First Day as a Kiva Fellow in Cambodia

Jen Truong | KF17 | Cambodia

After experiencing my first day at work as a Kiva Fellow, I can tell you this much: One should always expect the unexpected! For me (and I feel incredibly fortunate for this), most of my unexpecteds so far have turned out to be only pleasant. Below, I have listed some details and thoughts of my first days being in Cambodia and at my MFI, MAXIMA, that I hope you will find at least entertaining.

The Expected:

1. Cambodia’s weather
Cambodia is humid! Granted, this is coming from someone who has lived in the Arizona desert pretty much her entire life, so I’m just being a bit more dramatic than I should be. Thankfully, my one-room apartment that I am renting from a family has air conditioning, which has helped the adjustment go much more smoothly. I am sweating less and less buckets as the days progress, and I’ve noticed that if I gradually wean myself off of the cool air, I will soon no longer need it at all! It doesn’t sound like something to be that proud of, but it’s funny how easily we take something like air conditioning for granted. Most people I’ve talked to don’t use or have air conditioning in their homes at all.

2. Homesickness
It would be a lie if I told you that I haven’t thought about being back home at all. I miss it. I miss conveniently knowing where everything is and who I’m going to see everyday. But, it is also for that reason that I am incredibly thankful for this opportunity to be in Cambodia. Each day I’ve seen something new–made new friend. I really can’t complain about that.

3. Street children
It is a known problem in Cambodia. Many people discourage giving money to these children as it only perpetuates the situation and puts them at even higher risk of getting into worse things in the future. Instead, I’ve been searching for local NGOs that aim to help protect street children and youth. I had dinner last night at Friends, the Restaurant (called Mith Samlanh in Cambodian). Friends is a training restaurant run by former street youth and their teachers. The food is delicious (a fusion of American and Cambodian cuisine) and the people are beyond hospitable here.

Menu from Friends the restaurant

The Unexpected:

1. Traffic rules…what traffic rules?
Motorcycles (called motos), tuk tuks (moto-pulled rickshaws), cyclos (bike-driven rickshaws), cars, and people generally fill the streets of Phnom Penh. There are no traffic rules here. If there is, it is most certainly rarely enforced. It’s truly a survival of the fittest (or quickest, I should say). As someone who has traveled to quite a few major cities, (including Beijing, China…where traffic is known to be pretty crazy), I’ll admit that Phnom Penh has one of the most disorganized and chaotic traffic systems there is. In Beijing, it is at least an organized chaos…if that is even possible. But, it does make for finding a ride pretty easy.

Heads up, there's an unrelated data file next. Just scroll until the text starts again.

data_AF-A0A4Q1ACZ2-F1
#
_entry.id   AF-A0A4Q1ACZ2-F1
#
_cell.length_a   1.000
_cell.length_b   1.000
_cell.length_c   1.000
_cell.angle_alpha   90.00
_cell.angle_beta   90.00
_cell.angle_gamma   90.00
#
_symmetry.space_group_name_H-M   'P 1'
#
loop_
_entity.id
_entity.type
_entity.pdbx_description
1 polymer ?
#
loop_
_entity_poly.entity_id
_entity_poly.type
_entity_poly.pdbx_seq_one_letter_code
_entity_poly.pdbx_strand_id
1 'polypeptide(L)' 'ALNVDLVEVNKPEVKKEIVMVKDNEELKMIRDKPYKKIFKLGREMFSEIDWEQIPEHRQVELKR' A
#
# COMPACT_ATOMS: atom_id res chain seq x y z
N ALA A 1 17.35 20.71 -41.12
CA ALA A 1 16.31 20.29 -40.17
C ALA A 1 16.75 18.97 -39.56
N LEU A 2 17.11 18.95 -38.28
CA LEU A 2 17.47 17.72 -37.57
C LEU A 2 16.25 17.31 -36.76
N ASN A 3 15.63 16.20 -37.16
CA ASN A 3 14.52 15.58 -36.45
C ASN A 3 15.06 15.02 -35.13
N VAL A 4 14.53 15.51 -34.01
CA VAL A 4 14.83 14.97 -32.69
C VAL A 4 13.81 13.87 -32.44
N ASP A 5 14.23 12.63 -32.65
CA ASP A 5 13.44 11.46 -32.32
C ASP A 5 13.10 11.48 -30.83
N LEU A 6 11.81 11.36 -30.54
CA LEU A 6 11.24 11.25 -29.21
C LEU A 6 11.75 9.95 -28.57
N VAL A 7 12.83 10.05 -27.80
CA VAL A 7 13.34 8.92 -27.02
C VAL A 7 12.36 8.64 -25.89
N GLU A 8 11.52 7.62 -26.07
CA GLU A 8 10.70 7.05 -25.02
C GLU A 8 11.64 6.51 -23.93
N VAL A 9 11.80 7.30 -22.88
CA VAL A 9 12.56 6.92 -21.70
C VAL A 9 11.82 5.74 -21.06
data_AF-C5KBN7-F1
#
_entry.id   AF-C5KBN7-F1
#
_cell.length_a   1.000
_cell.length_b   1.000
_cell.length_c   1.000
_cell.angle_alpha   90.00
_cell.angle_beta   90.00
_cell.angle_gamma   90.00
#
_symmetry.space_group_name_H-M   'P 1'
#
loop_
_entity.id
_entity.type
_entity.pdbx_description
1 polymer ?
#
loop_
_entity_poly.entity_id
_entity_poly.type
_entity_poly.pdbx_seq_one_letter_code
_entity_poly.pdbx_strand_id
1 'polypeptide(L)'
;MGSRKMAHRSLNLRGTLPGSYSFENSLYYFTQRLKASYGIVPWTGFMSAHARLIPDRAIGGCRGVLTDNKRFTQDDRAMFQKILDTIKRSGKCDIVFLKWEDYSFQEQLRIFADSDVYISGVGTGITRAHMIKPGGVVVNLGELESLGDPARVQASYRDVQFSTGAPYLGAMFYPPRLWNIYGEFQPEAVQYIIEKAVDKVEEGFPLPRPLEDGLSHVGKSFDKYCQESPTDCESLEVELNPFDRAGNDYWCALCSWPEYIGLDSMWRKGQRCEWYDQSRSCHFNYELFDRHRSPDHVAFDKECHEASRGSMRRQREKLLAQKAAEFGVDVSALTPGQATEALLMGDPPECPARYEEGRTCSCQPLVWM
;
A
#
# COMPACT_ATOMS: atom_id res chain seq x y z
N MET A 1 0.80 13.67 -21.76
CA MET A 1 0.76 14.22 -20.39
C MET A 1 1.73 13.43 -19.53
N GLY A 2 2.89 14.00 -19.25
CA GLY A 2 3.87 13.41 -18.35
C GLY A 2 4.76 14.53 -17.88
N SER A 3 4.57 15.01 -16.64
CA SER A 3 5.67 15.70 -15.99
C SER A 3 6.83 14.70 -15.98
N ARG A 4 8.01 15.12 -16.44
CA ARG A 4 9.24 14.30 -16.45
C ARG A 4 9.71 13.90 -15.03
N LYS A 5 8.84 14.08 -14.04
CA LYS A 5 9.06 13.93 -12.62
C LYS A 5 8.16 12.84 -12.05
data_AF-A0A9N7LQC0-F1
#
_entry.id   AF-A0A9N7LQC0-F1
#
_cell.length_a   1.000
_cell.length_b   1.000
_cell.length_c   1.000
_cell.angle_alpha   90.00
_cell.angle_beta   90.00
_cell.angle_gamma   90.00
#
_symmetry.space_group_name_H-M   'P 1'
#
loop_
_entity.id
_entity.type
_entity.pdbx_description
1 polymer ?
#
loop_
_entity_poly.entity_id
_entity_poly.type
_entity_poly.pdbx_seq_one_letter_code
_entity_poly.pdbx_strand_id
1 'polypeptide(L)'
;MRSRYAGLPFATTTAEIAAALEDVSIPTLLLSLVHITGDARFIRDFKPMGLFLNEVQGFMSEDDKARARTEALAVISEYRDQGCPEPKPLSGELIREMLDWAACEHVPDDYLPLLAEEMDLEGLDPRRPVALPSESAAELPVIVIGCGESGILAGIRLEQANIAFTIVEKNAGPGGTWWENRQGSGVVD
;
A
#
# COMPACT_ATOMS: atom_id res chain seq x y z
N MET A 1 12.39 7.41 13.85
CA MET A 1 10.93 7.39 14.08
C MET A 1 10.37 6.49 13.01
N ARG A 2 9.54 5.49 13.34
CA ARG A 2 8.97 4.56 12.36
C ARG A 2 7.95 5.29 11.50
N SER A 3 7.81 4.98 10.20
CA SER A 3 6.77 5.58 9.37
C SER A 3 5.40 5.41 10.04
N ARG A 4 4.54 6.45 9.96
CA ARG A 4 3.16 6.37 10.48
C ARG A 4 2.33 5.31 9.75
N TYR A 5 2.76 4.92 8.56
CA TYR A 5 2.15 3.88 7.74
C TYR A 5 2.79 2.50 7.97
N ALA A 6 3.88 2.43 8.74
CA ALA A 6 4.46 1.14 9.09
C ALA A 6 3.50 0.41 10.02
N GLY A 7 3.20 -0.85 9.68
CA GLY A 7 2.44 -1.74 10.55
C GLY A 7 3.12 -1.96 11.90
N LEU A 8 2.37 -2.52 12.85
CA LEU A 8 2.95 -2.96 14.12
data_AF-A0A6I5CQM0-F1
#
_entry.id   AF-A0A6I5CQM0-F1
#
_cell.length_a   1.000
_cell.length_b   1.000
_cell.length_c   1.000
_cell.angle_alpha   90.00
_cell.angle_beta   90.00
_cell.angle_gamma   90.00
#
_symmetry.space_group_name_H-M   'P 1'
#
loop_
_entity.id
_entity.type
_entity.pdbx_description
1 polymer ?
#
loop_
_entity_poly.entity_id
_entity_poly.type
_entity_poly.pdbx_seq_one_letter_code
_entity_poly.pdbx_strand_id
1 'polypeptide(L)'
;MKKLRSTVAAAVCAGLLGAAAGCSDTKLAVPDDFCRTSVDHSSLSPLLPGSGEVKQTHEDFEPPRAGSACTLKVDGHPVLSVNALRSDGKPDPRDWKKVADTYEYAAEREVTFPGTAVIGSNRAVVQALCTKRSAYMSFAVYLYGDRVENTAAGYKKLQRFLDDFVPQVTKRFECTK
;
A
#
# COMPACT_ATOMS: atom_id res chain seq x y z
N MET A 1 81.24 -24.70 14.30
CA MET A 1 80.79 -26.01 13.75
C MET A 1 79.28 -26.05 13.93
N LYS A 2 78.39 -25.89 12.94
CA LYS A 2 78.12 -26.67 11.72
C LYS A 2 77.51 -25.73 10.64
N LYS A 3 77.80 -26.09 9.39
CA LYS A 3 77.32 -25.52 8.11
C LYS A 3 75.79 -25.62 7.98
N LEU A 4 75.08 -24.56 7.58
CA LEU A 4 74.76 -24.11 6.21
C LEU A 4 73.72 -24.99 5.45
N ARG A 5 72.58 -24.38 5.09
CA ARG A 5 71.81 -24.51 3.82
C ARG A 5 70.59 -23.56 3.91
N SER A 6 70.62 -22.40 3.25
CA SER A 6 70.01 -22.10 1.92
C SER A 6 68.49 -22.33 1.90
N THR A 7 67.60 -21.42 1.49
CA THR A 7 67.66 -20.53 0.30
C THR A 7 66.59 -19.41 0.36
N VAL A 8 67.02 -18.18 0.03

On my way to MAXIMA. We are crossing the street as traffic is coming directly towards us!

Also, I’ve come to find that most drivers rarely know where anything is. Everyone gives directions according to major landmarks, so you can forget about needing to know the address or street you’re on. You need only remember the major monuments and centers. For a map illiterate, like myself, this can be a little stressful…but an adventure nonetheless. My directional skills have improved exponentially since being here.

2. The red carpet welcome
At Kiva Fellows training, we learned that some of the MFIs we’ll be working with will make our arrival a red carpet affair. I expected my welcome to be somewhere inbetween that and the opposite. Oh how little did I know what was in store… On my first day, I was picked up by the company driver on a moto, which was really quite exhilarating. I’ve never been so close to getting my legs crushed before, but our driver happens to be an excellent one, thank goodness.

Delicious young coconut water

When I got to the office, I was greeted with all smiles along with a young coconut and two water bottles waiting for me at my desk. Lunch was bought for me and every half hour someone would bring over fresh fruit. After lunch, someone bought a delicious dessert for me, called Nom Loat in Cambodian. It’s essentially a tapioca-like dessert that is served in melted sugar water and coconut cream. To describe everyone here as hospitable would be an understatement. I wish I could express just how kind, funny, and special people here at MAXIMA are. I feel incredibly lucky to have been placed here.

Fresh Fruit in Cambodia
Fresh fruit for the fellow

3. Reactions to me being Cambodian-American
As a Cambodian-American, this country has always had a home in my heart. I didn’t come with any expectations knowing that I may be received differently because of my nationality and heritage. Before coming here, I was nervous about potentially offending others because I am Cambodian-American. However, I have found that most people I’ve met (so far, at least) have either been impressed with my Khmer-speaking abilities or intensely perplexed. There are times when I am treated better when I speak Khmer, and there are times when I’m treated better when I speak English. It is a delicate balance, and it is something that I’m sure will be a continuous challenge for me here.

Jen Truong is a Kiva Fellow completing her fellowship with MAXIMA in Phnom Penh, Cambodia. 

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